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- The 2014 Big Picture on Cyber Security
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- Maximizing ROI Through Data Center Consolidation
- Moving to the Cloud. What's the best approach for me
- Navigating Tough Choices in Government Cloud Computing
- The New Generation of Database
- Satellite Communications: Acquiring SATCOM in Tight Times
- Targeting Advanced Threats: Proven Methods from Detection through Remediation
- Transformative Technology: Desktop Virtualization in Government
- The Truth About IT Opex and Software Defined Networking
- Value of Health IT
- Air Traffic Management Transformation Report
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- Gov Cloud Minute
- Government in Technology Series
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- National Cybersecurity Awareness Month
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- The Cyber Security Report
- The Next Generation Cyber Security Experts
Shows & Panels
GSA's green energy testing benefits federal buildings, commercial manufacturers
Friday - 12/20/2013, 3:32pm EST
"We use our federal office buildings as a test bed or a beta site to do a rigorous process of evaluation for technologies that we think are promising but that face impediments to broader adoption or commercialization in the commercial market," Dorothy Robyn, commissioner of GSA's Public Buildings Service, told Federal Drive with Tom Temin and Emily Kopp "We think out ability to provide credible objective data can help these technologies break into the market."
Dorothy Robyn, Public Buildings Service commissioner at the General Services Administration
"If you can eliminate that friction and that need for oil, then you can substantially improve their efficiency," Robyn said. "So, we tested out a new technology for a Mag-Lev Chiller and we found that it works quite well. We will be incorporating that as our existing chillers wear out. We will be incorporating Mag-Lev Chillers where that makes sense."
GSA tests all of these new technologies in its own buildings. The agency puts out a competition in partnership with the departments of Defense and Energy for companies to pitch new technologies that they want to try out. Each year, GSA chooses a small number of these technologies to test, matching them up with appropriate buildings.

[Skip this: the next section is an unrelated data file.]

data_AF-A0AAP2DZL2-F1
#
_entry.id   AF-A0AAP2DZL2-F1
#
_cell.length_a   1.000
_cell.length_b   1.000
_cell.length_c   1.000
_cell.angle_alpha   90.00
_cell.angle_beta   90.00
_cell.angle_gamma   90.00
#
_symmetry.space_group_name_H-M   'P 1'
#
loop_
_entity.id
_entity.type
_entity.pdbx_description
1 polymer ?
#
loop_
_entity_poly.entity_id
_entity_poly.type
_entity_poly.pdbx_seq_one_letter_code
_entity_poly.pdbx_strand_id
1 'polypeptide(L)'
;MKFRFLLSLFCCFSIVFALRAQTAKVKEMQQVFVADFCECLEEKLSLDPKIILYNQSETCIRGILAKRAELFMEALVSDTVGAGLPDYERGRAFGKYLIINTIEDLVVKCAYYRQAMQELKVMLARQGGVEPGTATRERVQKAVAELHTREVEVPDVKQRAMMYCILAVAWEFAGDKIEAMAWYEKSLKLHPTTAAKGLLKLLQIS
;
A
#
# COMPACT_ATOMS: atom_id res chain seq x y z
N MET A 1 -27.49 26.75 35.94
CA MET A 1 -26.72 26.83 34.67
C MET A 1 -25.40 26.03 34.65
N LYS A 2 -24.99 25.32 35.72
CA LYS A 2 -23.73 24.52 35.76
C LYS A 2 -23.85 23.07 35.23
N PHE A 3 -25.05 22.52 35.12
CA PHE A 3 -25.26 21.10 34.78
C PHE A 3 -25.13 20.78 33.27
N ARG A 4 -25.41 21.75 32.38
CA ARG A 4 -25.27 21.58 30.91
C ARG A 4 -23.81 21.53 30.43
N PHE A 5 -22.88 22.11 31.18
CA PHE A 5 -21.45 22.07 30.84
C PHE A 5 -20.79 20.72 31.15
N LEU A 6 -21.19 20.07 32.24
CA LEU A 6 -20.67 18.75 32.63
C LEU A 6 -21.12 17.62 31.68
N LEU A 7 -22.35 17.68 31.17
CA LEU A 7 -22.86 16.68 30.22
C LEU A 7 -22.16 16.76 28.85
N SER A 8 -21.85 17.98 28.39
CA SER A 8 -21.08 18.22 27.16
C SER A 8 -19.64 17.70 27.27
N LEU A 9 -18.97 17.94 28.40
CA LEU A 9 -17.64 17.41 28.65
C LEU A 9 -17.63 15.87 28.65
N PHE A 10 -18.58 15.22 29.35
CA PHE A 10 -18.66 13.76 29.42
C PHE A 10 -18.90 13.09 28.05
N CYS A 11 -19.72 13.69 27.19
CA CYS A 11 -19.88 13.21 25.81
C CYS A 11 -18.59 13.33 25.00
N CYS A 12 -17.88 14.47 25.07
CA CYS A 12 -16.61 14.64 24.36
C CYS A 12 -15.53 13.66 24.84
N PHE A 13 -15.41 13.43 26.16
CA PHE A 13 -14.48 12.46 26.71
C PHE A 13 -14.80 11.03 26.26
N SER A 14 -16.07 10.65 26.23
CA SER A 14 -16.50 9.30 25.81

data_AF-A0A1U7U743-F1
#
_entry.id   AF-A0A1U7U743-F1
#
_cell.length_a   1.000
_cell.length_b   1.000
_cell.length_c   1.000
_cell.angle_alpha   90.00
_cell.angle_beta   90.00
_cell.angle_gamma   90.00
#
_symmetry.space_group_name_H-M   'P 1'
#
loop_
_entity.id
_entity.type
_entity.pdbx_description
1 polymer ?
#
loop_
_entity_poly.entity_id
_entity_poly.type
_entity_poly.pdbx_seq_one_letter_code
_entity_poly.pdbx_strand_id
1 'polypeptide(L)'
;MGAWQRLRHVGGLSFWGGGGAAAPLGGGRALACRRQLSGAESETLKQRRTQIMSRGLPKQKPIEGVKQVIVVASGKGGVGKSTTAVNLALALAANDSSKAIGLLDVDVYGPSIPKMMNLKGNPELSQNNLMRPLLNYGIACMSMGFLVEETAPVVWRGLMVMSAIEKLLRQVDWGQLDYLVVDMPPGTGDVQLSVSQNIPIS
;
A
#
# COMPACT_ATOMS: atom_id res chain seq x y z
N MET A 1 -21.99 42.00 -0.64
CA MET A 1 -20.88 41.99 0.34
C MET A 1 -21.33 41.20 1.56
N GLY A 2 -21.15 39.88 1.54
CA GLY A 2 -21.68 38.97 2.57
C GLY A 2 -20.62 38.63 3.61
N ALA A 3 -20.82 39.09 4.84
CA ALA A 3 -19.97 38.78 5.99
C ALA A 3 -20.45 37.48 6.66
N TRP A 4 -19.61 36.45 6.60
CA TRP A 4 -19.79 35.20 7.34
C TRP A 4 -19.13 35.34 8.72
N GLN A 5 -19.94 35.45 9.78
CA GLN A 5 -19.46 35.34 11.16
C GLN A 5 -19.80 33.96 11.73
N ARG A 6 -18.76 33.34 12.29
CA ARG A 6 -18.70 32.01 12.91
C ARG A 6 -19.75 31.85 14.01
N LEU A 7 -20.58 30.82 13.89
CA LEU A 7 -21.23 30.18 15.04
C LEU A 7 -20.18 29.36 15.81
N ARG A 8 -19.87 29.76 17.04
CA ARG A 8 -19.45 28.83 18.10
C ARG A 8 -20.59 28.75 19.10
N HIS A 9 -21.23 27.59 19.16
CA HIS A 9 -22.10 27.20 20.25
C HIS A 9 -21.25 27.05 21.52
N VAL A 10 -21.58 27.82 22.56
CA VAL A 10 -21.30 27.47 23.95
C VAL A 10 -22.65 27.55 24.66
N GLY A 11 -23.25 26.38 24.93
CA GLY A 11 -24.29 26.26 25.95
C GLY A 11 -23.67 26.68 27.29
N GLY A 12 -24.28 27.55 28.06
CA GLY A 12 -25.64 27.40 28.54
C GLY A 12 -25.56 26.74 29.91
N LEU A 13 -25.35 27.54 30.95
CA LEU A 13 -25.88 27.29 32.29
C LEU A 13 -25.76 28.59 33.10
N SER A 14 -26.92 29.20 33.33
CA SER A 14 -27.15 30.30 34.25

"We have a low budget, so the manufacturers give us the technology," Robyn said. "DoD has a similar program with which we work closely and they actually provide money. It's two different approaches. But, we get the manufacturers to donate the technologies to us, because they're very interested in having the rigorous, objective test to help them break into the market."
As part of evaluation process, GSA is not just testing how well the technology performs but also how well it integrates into a work space. Are employees comfortable working with the technology? Do they like having it their office?
GSA and DoD are currently testing electrochromic glass — windows that tint darker as the sun comes out.
"It's a promising new technology, but it faces impediments to widespread adoption," Robyn said. "Part of what we're testing is do employees like having that on a large-scale, when you put that all over a building? The whole idea is that you replace shades with this kind of window. So, are they comfortable working in that environment?"
It's too soon for a final verdict on the tinted windows, but Robyn said GSA has them on its building to a limited degree and no one has really noticed them.
"Architects really like the technology," she said. "The challenge that this faces is it's more expensive than regular glass, but it allows you to get by with a smaller chiller, a smaller air-conditioning system, because it's reducing the solar heat gain in the building. There are savings from being able to use a smaller chiller, but it's hard to get engineers to agree to put in a smaller chiller if they're building a new building or renovating a building. They're very nervous about doing that. Nobody ever got fired for putting in too big a chiller, but you definitely could get in trouble if you put too small a chiller."
Once GSA identifies a technolgy as a potential cost-saver for the federal government, the next challenge is figuring out how to pay for installation when a building is being retrofitted.
"That's a big, big problem for us in the current budget," Robyn said. "We are taking advantage of something called ESPCs — energy savings performance contracts. A large company like a Honeywell or a Johnson Controls or Siemens, comes in and anaylizes our buildings and says, 'These are the 10 things we think will make your building more efficient and reduce your utility bill. We will front the cost of installing those improvements. And then, you pay us out of the savings on your utility bill.'"
In 2011, President Barack Obama established a goal for agencies to do $2 billion worth of these performance based contracts by the end of 2013. Obama recently set new goals, since many agencies are on track to meet the first goal.
"Our federally owned GSA buildings are extremely energy efficient compared to their commercial counterparts," Robyn said. "We have advanced meters. We have very sophisticated building analytics that allow us to know how we're doing and to make adjustments in real time. So, we've made big strides. We've got a ways to go, but we've made big strides."
The commercial buildings GSA leases are another matter.
"We know we are paying more for energy in those buildings, but we don't own them," Robyn said. "So, it's harder for us to get at that. We're talking about whether there's a way to use these performance contracts in leased buildings, but I'm not sure there's a good answer to that."